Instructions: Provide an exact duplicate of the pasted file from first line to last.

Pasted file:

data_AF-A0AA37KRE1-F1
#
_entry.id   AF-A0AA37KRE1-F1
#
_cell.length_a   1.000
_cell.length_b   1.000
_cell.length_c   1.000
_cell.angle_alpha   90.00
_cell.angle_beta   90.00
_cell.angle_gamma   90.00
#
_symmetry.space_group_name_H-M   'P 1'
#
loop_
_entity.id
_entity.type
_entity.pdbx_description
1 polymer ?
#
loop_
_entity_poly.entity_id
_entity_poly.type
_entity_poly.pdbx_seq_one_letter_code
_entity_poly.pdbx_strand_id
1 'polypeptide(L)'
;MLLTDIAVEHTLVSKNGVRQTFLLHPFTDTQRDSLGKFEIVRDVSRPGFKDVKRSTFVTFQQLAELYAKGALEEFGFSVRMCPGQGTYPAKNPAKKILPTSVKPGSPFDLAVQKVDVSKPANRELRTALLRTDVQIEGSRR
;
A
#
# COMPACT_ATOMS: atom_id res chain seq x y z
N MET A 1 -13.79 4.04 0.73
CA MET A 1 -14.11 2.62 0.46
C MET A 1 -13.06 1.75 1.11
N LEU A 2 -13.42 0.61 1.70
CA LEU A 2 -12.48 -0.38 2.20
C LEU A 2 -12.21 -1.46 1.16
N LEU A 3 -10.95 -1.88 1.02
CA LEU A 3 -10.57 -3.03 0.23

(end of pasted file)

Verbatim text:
data_AF-A0AA37KRE1-F1
#
_entry.id   AF-A0AA37KRE1-F1
#
_cell.length_a   1.000
_cell.length_b   1.000
_cell.length_c   1.000
_cell.angle_alpha   90.00
_cell.angle_beta   90.00
_cell.angle_gamma   90.00
#
_symmetry.space_group_name_H-M   'P 1'
#
loop_
_entity.id
_entity.type
_entity.pdbx_description
1 polymer ?
#
loop_
_entity_poly.entity_id
_entity_poly.type
_entity_poly.pdbx_seq_one_letter_code
_entity_poly.pdbx_strand_id
1 'polypeptide(L)'
;MLLTDIAVEHTLVSKNGVRQTFLLHPFTDTQRDSLGKFEIVRDVSRPGFKDVKRSTFVTFQQLAELYAKGALEEFGFSVRMCPGQGTYPAKNPAKKILPTSVKPGSPFDLAVQKVDVSKPANRELRTALLRTDVQIEGSRR
;
A
#
# COMPACT_ATOMS: atom_id res chain seq x y z
N MET A 1 -13.79 4.04 0.73
CA MET A 1 -14.11 2.62 0.46
C MET A 1 -13.06 1.75 1.11
N LEU A 2 -13.42 0.61 1.70
CA LEU A 2 -12.48 -0.38 2.20
C LEU A 2 -12.21 -1.46 1.16
N LEU A 3 -10.95 -1.88 1.02
CA LEU A 3 -10.57 -3.03 0.23